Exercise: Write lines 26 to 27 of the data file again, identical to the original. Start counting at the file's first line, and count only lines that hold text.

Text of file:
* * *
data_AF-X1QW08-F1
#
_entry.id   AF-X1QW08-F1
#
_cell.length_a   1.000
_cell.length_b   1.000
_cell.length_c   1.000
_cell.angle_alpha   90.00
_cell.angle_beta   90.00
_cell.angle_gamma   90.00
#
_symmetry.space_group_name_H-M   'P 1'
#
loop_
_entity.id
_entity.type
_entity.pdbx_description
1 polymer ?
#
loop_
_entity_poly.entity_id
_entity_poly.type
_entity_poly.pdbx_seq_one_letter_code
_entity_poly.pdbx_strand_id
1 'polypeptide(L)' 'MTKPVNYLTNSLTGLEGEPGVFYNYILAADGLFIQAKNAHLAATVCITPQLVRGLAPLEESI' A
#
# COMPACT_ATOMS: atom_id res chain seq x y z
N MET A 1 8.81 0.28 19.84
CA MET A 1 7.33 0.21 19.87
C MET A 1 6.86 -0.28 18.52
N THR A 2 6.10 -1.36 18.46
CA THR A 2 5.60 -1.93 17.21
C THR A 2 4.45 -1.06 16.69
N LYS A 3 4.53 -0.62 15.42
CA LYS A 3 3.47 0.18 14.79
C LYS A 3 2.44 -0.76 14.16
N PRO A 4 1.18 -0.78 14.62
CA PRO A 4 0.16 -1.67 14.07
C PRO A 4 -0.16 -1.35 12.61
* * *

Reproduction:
#
# COMPACT_ATOMS: atom_id res chain seq x y z